Senior Playgrounds

Senior Playgrounds

Like most playgrounds, it is filled with smiling faces and laughter.

But these faces have seen more of life than you might expect, and the laughter is a little more mature in tone.

Britain’s first playground for the over-60s opened in February 2008 in Manchester.

Then 5 years ago Westminster Council opened its very first “pensioner’s playground” in Hyde Park, central London named “Hyde Park Senior Playground”. The playground is equipped with exercise machines including a cross trainer and a stationary bike, which according to the Council will provide older residents with gentle exercise.

The proposal for the playground came from local residents group the Knightsbridge Association, which said that despite there being more pensioners than children these days, there were not enough facilities for older people. The project received a grant from Westminster Council under a scheme whereby local residents can choose neighbourhood improvement projects.

Older people’s playgrounds are not a new idea; they have long existed and been popular in Asian countries like China and Japan. In fact in Japan, with its falling birth rate and high life expectancy, you are more likely to find a pensioner exercising with friends in a park than young children playing. Berlin was the first major European city to open an older people’s playground in 2008 shortly followed by Manchester. The Hyde Park Senior Playground is the first of its kind in London, but not the first in the UK.

I have used one in Spain where almost every village has its own recreation area with a fountain to cool the air and equipment for pensioners alongside the children’s apparatus.  Every evening you will see the grandparents exercising in the village square as the day cools down.

The senior playground in Hyde Park is not a gym according to Westminster Council interviewed because it does not require special shoes or clothes. However, the Knightsbridge Association refers to the playground as a “fun outside gym”. Perhaps the Council feared that the word “gym” with its connotations of young Lycra clad fitness fanatics, would put senior citizens off.

Outdoor gyms are nothing new in London, with several boroughs installing exercise equipment in parks, for example Camden. However the Hyde Park Senior Playground is the first one targeted specifically at older people. Existing outdoor gyms are generally not targeted at any particular age group and anecdotally (several ILC-UK staff live near outdoor gyms!) seem to be used by many different ages.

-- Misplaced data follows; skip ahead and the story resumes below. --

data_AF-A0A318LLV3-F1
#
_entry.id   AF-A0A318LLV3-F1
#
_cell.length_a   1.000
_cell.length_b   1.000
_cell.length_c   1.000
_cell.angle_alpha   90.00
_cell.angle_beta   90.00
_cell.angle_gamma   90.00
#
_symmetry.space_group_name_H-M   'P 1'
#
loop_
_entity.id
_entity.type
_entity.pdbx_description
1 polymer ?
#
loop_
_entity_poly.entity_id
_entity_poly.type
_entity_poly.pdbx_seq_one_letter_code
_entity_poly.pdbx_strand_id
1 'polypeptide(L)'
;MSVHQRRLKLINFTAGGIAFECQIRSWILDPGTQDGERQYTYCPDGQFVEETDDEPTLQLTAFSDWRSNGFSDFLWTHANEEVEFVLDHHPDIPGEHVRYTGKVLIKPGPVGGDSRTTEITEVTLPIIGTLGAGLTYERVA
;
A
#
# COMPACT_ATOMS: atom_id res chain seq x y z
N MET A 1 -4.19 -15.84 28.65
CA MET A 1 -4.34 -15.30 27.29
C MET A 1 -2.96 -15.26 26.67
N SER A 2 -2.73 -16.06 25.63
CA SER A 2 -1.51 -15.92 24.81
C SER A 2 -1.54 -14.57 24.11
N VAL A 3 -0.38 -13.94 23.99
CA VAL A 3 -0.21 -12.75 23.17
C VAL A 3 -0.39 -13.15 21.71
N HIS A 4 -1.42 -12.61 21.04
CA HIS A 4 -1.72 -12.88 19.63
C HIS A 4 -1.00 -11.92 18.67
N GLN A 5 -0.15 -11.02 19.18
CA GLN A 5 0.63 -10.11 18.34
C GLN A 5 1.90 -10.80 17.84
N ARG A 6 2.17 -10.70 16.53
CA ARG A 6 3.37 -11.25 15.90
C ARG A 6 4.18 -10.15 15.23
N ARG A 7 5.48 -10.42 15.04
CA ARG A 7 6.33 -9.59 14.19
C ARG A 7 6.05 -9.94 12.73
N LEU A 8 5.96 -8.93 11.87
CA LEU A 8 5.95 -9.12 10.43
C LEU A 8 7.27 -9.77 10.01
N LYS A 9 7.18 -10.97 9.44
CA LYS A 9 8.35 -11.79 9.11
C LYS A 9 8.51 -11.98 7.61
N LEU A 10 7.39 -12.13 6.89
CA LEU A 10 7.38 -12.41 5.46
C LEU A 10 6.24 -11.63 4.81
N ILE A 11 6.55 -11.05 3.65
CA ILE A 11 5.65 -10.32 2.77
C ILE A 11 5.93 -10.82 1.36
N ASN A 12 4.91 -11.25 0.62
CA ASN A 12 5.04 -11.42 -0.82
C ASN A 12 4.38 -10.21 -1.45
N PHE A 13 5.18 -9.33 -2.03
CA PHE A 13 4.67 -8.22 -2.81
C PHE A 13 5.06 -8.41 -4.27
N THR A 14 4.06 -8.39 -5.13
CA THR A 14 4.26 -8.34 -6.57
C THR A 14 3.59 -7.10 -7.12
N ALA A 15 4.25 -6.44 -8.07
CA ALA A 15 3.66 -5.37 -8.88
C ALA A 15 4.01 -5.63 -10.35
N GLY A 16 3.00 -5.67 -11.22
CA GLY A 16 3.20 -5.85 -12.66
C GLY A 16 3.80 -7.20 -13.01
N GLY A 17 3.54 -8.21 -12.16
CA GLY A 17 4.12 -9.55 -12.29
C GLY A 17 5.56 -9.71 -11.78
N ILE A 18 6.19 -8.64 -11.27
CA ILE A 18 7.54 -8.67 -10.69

The under 60s will not be banned from using the Senior Playground, which is a relief as the thought of the local authority somehow policing entrance to the playground, would surely put people off! But whilst targeting physical activity initiatives at an older population is a positive development, separating the population may not be the best way forward.

But a more important point is that whilst the (relatively cheap) provision of more and better facilities in our parks is a good thing for encouraging physical activity, authorities should not fall into the trap of thinking the job is done. If there are no local toilets, no drinking water available, if lighting is a problem, if access to the park is not easy, then people, particularly the older population will find it difficult to use the facilities.

If this senior playground does indeed succeed in attracting increasing numbers of older people to stop by and undertake a bit of exercise, perhaps with a friend or two, will the senior playground concept become more widely adopted? Perhaps one day, across the UK we will see our parks taken over by groups of exercising pensioners, like other countries.

A welcome alternative to the traditional gym

Senior playgrounds are outdoor exercise areas equipped with machines specially designed to provide gentle exercise for different parts of the body, such as the hips, legs and torso. The playgrounds offer older people – who may find indoor gyms expensive and intimidating – the chance to exercise in a pleasant, peaceful and lycra-free environment.

‘People need to stay active and maintain their independence,’ said a spokesman from the Knightsbridge Association. ‘As well as the physical and mental benefits, we hope the playground will encourage users to socialise and have fun together.’

Senior playgrounds seem like the perfect solution, although we might have to wait until the economy has recovered before more local authorities can afford such non-essentials.

What do you think? Does your council already have such facilities?  If not would you like your local council to build a ‘senior playground’, or is it just a waste of money?